This web page contains steamboat facts for kids and is an excellent resource for anyone of any age looking to learn about steamboats. Our goal is to provide you with accurate, up to date facts about steamboats. In addition to facts about steamboats, we provide additional resources to help you with your research on steamboat technology.
The steamboat facts below will help you learn about who invented the steamboat, how a steamboat works, how safe a steamboat was and other steamboat related facts. We hope these steamboat facts are interesting and help you learn more about this revolutionary transportation invention.
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19 Steamboat Facts for Kids
- A steamboat is a marine vehicle that uses steam power for propulsion.
- Steamboats were also known as steamers or steamships.
- A steamboat would propel itself using paddlewheels or propellers power by steam power.
- In 1783, the first steam-powered boat was built in France. It was called the Pyroscaphe, it was a paddle steamer and it was built by Marquis Claude de Jouffroy and some of his colleagues.
- The first commercially successful steamboat (North River Steamboat) was invented by American engineer and inventor Robert Fulton in 1807.
- Robert Fulton’s steamboat could travel between Albany, NY and New York City, NY in about 32 hours.
- Robert Fulton’s advancements in steamboat technology gave him the title “Father of Steam Navigation”.
- Steamboats use and popularity demised with the rise of the railroads.
- Steam powered trains could move people and freight faster and cheaper than steamboats.
- The railroads weren’t hindered by geographically locations (bodies of water), weather conditions and could travel any direction that rails were laid.
- There were a few different steam engine designs used in steamboats, the Newcomen steam engine, rotary motion engine, high-pressure steam engine, compound steam engine and the steam turbine.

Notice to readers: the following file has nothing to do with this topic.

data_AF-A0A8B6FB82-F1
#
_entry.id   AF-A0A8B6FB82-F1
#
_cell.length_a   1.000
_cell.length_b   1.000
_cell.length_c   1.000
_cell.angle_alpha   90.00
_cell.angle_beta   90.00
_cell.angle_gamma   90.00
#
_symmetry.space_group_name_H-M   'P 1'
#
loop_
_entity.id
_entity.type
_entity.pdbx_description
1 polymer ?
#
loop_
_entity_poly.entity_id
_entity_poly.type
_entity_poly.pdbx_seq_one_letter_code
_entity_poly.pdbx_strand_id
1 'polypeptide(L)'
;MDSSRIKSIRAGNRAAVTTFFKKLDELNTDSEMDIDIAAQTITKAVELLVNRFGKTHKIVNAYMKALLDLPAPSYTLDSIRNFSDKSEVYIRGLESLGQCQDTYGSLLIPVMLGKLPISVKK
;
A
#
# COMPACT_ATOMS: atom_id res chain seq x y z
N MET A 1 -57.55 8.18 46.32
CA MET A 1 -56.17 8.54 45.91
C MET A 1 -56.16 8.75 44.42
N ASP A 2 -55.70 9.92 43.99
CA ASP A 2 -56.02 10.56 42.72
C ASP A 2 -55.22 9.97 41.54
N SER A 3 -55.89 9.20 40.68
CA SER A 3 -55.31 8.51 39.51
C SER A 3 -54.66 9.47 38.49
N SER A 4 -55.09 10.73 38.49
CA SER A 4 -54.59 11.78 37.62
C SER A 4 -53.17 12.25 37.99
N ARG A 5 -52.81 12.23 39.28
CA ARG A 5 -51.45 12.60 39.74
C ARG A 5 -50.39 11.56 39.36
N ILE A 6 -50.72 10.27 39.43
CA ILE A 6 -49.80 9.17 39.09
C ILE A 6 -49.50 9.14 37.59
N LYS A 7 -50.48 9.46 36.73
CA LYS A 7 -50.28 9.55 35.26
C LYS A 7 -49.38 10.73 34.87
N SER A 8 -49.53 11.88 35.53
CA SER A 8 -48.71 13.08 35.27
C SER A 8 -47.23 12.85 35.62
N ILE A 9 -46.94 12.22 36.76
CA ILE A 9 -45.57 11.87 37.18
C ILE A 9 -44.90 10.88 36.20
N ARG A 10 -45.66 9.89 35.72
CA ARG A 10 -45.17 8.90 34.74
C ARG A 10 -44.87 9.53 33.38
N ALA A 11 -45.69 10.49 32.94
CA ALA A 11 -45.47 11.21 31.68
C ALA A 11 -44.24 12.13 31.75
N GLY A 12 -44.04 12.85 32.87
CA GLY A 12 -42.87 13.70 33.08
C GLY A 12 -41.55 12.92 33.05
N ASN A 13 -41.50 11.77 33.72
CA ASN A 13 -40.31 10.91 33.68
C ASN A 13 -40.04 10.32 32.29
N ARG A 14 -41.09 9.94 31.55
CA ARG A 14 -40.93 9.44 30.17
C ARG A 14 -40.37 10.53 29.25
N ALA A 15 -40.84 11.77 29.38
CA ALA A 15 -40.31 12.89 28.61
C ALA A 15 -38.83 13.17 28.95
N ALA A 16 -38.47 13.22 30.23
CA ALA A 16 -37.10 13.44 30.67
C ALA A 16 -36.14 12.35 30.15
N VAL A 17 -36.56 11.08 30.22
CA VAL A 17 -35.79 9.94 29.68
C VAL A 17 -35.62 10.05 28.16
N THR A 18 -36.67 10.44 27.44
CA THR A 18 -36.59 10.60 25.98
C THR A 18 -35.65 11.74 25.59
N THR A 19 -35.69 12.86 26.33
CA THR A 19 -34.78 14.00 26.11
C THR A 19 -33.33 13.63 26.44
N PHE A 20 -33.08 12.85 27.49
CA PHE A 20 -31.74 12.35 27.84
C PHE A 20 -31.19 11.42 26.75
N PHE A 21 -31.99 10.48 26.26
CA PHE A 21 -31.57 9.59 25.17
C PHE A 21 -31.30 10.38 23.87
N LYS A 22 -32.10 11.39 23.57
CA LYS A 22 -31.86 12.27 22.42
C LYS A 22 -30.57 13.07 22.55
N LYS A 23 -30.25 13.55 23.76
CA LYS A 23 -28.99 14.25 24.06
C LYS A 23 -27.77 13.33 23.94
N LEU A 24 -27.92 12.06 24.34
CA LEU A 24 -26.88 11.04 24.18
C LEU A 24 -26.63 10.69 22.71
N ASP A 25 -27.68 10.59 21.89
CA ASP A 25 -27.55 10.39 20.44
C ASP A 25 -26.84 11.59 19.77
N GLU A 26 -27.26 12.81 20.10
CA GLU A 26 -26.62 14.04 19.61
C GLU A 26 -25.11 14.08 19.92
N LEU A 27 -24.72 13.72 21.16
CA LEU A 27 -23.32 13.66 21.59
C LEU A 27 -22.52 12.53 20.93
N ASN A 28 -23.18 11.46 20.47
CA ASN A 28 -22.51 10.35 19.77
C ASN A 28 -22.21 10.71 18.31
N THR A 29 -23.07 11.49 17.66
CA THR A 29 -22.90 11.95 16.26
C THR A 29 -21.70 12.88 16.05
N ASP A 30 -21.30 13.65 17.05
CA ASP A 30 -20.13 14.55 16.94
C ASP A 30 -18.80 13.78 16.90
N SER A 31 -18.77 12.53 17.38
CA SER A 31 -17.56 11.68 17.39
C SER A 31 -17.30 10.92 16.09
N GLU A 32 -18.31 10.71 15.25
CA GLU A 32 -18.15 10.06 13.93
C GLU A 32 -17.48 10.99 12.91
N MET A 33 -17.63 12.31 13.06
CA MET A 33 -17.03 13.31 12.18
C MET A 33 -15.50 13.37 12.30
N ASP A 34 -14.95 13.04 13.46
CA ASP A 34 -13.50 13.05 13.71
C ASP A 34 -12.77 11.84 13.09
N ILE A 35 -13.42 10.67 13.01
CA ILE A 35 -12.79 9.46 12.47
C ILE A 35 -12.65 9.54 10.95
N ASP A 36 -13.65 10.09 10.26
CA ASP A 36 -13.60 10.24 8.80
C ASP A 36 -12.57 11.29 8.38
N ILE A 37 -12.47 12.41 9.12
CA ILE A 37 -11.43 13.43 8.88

- The Newcomen steam engine was one of the first steam engines used in steamboats, they were very heavy, took up a lot of space and generated very little power.
- The rotary motion steam engine improved the efficiency of steam engines on steamboats and allowed the mechanisms behind the paddlewheels to be simplified.
- The high-pressure steam engine was much more fuel efficient and made steamboats practical. However, high-pressure steam engines could explode if not watched and maintained.
- The compound steam engine allowed steamboats on the ocean to finally carry less fuel (coal) than freight. Prior to the compound steam engine steams on the ocean had to carry more weight in coal than in freight itself.
- The steam turbine was the most efficient steam engine used in steamboats and were used throughout the 20th century.
- Steamboat travel had its dangers, boiler explosions and fires could cause a great loss of life.
- The deadliest steamboat accident in U.S. history is also the worst maritime disaster in U.S. history.
- The Sultana was a side-wheel steamboat on the Mississippi River that exploded on April 27th, 1865. The actual death toll is unknown, but estimates put fatalities around 1,160.
Pictures of Steamboats
A picture of a Ben Campbell steamboat.
Credit: Library of Congress
A picture of a steamboat from the 1800s.
Credit: Keith Norrington
A picture of the side of a steamboat.
Credit: Lake Champlain Maritime Museum
Additional Resources with Steamboat Facts
- A History of Steamboats – Learn about the history of steamboats on the U.S. Army website.
- Steamboats – Encyclopedia.com – Find more steamboat facts and information on the Encyclopedia.com website.
- Steamboat (Vessel) – Britannica – Discover more awesome facts about steamboats on the Britannica website.
- Steamboat – Wikipedia – Read more about steamboats and their history on the Wikipedia website.